Einstein, Billy and Friends – Great British Footballing Fish
It is a few years back, but this was then Britain’s fishy footie squid – sorry, squad
Let’s hope Britain will do well in Russia. We wish our squad the best of results, but let go back a few years and check out this squad.
Bert Trautmann, Sol Campbell, John Scales, Mark Fish, Graham le Roe, Paul Shoals, Steve Guppy, Prawn Wright-Phillips, Jamie Pollock, Connor Sammon, Hugo Rodallega…
Sure, it is a few years way back now, but we were desperately hoping that footballing fish Einstein’s career hasn’t come to a premature end. In case you missed it, the talented Einstein’s path through the beautiful game was imperiled by a sudden illness. As reported in the Daily Express, Einstein’s problems looked a little more serious than a temporary loss of form – he found himself stranded on the bottom of his tank, unable to swim, let alone kick a ball. It took a hand-made tubular lifejacket to put him back on his fins again.
Fish playing football? Ridiculous. But no: fish has a longer tradition in British football than you might think, and not just by way of players such as Derby County’s Connor Sammon, or even former Liverpool and England player John Scales. There’s even more to it than the usual teams floundering about on the bottom. This is a more than just a way to make a living. For some other odd career options, check out this page.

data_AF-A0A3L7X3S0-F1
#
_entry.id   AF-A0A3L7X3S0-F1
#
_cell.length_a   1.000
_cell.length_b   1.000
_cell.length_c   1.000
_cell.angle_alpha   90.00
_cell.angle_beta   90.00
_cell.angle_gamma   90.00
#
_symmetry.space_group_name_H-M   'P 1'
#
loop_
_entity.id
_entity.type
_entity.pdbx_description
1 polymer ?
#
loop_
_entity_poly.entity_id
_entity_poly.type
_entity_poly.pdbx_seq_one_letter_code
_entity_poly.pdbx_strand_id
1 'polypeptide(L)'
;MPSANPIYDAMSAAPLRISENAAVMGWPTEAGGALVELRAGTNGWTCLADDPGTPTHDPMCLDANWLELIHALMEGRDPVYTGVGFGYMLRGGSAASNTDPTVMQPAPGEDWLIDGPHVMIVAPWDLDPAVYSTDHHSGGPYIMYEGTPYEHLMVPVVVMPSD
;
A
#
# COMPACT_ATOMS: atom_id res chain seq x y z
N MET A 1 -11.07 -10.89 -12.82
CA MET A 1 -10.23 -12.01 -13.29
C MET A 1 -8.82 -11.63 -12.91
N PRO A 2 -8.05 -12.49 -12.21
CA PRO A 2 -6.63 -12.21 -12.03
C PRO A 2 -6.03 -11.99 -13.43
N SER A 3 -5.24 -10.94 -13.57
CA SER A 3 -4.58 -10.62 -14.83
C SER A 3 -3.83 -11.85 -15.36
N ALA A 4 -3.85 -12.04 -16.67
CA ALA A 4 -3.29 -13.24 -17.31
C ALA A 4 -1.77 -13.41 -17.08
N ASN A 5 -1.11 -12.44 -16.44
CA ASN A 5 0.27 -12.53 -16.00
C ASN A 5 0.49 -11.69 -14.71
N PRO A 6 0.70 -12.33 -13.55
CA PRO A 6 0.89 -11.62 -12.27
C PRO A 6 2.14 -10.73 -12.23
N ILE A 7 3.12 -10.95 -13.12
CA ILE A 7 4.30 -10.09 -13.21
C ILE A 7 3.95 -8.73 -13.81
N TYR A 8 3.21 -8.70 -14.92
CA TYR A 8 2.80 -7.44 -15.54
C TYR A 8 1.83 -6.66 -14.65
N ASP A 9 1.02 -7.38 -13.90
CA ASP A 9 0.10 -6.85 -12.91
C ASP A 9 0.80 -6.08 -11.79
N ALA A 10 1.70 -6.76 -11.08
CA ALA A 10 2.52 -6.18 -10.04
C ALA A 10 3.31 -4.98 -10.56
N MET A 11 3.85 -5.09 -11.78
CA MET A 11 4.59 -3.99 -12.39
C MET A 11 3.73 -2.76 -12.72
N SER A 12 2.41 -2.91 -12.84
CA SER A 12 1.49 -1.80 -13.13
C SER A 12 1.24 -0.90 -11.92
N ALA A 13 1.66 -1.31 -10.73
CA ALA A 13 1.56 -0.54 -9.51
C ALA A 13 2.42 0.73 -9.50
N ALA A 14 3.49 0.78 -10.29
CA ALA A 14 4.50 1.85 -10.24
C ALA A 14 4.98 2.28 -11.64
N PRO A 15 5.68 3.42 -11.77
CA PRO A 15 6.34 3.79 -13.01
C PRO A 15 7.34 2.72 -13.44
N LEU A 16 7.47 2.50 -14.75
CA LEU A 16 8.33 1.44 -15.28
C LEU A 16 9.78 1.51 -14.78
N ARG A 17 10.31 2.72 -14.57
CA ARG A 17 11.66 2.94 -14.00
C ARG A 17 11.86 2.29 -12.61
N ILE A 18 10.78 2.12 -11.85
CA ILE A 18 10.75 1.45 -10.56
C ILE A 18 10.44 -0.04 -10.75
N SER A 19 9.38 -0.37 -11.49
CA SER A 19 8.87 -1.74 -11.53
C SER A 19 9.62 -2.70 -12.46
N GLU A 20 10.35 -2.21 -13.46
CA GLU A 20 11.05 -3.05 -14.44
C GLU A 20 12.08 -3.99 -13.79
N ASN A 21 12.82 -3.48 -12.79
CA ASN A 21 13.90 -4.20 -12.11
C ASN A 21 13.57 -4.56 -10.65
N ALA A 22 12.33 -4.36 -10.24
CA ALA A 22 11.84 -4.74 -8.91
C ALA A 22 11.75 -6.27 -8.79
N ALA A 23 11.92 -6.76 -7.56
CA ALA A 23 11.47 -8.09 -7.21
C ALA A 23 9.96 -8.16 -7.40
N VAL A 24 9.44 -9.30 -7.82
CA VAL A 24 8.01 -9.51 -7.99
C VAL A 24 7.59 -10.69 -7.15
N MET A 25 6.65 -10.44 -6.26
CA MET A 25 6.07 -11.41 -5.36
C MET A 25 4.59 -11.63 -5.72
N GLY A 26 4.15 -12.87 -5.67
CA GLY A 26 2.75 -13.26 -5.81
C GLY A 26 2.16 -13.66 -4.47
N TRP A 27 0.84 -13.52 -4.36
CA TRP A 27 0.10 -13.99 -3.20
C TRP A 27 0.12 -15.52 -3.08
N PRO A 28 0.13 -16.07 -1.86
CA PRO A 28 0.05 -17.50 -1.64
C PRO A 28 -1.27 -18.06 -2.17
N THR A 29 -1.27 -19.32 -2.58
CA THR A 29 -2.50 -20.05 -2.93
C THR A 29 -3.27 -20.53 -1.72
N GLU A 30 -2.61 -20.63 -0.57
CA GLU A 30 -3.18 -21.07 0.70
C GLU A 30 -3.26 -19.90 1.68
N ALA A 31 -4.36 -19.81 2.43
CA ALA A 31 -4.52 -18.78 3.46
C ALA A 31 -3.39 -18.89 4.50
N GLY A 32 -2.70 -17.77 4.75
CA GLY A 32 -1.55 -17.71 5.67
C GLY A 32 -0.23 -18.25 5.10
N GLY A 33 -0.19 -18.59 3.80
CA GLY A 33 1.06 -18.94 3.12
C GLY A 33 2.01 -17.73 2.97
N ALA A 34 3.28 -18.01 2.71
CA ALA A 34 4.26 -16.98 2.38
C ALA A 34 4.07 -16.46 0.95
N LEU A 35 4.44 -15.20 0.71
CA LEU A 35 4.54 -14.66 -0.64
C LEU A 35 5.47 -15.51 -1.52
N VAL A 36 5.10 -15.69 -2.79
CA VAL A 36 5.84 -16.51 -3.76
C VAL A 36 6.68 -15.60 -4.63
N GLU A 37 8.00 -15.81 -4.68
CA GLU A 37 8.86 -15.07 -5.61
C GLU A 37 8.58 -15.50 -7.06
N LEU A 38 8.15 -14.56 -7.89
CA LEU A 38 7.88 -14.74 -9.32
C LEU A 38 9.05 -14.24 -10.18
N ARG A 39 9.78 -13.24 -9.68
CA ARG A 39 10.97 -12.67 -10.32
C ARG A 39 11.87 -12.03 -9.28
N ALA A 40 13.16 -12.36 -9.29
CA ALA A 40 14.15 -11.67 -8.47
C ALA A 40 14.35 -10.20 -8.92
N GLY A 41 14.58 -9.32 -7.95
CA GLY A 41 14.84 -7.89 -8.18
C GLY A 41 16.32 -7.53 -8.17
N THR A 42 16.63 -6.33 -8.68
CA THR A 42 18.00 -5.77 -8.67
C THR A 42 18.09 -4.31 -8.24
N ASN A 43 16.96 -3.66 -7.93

Fleetwood Town are nicknamed the Trawlermen. Morecambe are the Shrimps. And pity poor Charlton Athletic, the Addicks – so-called because in the early days a good result meant they got haddock and chips for supper and a bad one meant they only got cod.
Billy the Fish
My favorite footballing fish, apart from the one I, like Charlton, enjoy tucking into with chips after a resounding premier league victory (not that I’ve had the pleasure of one of those for a while) has to be Carlisle United’s Billy. Rescued from the waters of the penalty area of the club’s Brunton Park during the floods of 2005 after being washed out of his bowl, Billy (whose real name was Judy and who was actually a girl, but let’s not spoil the story) went on to be adopted by the club as their mascot. It was written in the club’s history with a calligraphy pen…
And a glittering career he had of it, too. At the time of his arrival in January 2005, Carlisle weren’t even in the Football League but Billy proved a high-impact signing and they were immediately promoted into League 2, of which they finished champions the following season. Their achievements in League 1, however, declined as Billy grew older and they narrowly avoided relegation in 2010, shortly before his death.
Billy/Judy broke the glass ceiling for fish in the human-dominated world of football. But what of Einstein? His period of rehab may be a long one and with his propensity to plunge to the floor he may have to shake off a reputation as a bit of a diver…but we’re behind him all the way and hoping that as a footballer Einstein hasn’t yet had his chips…Just reminiscing…